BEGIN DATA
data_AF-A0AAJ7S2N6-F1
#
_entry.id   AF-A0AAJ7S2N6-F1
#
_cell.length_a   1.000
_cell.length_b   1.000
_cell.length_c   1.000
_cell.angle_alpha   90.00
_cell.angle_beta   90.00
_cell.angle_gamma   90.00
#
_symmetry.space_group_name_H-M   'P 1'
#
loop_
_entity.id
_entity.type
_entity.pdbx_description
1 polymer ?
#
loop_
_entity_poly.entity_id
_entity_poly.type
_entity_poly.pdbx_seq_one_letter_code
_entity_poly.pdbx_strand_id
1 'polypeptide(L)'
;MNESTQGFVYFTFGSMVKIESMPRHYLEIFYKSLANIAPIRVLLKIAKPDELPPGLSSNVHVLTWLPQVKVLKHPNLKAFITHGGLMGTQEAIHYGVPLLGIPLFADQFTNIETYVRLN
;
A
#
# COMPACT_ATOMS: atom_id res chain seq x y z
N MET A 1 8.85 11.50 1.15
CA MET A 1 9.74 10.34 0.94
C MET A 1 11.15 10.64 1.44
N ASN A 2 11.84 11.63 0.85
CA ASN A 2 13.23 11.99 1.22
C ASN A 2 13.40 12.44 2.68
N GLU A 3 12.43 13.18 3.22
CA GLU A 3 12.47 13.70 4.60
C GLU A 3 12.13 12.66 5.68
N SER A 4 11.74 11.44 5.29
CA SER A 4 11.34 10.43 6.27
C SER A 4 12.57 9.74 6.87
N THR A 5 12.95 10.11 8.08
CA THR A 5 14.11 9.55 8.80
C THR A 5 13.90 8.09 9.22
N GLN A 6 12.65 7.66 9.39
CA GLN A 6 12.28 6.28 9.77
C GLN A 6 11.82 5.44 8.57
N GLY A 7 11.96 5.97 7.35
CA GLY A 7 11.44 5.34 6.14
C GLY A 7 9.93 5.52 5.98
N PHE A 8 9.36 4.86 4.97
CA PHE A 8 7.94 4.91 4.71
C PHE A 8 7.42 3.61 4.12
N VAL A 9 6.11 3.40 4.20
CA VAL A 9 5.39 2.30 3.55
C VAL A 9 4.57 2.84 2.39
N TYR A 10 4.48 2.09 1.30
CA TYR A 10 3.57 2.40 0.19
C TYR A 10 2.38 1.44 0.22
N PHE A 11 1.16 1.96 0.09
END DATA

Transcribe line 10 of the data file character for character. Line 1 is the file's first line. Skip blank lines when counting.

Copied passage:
_cell.angle_gamma   90.00